GandCrab features distribution methodology and ransom currency choices that might be pointers as to how ransomware will evolve in 2018
GandCrab is distributed using two exploit kits, namely RIG EK and GrandSoft EK. Researchers at Malwarebytes Labs call this out as surprising, as other than the Magnitude EK kit which is known to push one particular ransomware attack (Magniber) the typical kit payload has been anything but ransomware of late. Then there’s the fact that GandCrab has opted not to ask for a ransom paid in Bitcoin, instead looking for payment using the Dash cryptocurrency.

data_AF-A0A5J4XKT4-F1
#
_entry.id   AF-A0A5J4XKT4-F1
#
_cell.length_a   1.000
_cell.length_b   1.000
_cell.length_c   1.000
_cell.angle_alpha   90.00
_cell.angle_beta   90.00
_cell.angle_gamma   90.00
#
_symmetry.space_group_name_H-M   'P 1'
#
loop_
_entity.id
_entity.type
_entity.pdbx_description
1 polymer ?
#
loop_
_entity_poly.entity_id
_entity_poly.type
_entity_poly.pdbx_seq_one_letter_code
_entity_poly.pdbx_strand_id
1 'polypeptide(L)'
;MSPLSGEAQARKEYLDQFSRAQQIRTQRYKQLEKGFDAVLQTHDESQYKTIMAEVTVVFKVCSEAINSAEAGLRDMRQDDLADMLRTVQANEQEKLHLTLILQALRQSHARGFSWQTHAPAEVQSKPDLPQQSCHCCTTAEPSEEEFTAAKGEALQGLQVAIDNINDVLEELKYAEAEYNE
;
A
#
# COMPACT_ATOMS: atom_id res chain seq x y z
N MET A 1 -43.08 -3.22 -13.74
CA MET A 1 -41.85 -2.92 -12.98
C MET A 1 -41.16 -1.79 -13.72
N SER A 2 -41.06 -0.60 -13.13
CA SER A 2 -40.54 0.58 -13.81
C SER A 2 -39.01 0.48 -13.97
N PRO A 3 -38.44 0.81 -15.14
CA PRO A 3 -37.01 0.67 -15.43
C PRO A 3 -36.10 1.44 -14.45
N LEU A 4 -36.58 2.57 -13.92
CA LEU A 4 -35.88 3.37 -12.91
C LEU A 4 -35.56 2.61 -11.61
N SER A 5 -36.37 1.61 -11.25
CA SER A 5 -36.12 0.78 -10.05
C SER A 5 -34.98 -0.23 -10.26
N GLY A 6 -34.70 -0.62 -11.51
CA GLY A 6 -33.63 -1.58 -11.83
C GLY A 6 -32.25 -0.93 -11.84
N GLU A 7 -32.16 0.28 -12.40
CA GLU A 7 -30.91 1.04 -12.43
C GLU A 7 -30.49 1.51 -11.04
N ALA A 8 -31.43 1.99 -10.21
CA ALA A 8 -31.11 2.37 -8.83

So, just how unusual is it for an exploit kit, let alone two, to be distributing ransomware in 2018? Paolo Passeri, a solutions architect at Netskope, reckons the last examples of exploit kits pushing ransomware date back to the end of last year with Matrix and Princess. “It’s interesting to notice that RIG is involved for both of these” he says “whereas GrandSoft is a blast from the past, first appearing in 2012 and it was thought that it had disappeared.” Liviu Arsene, senior e-threat analyst at Bitdefender, told SC Media UK that while some exploit kits such as Terror or Magnitude are still being occasionally used to deliver ransomware, these campaigns are usually highly targeted at specific regions. “Booby-trapped email attachments and macros within documents have become the new norm in disseminating ransomware” Arsene concludes “as they can affect a significantly larger pool of victims.”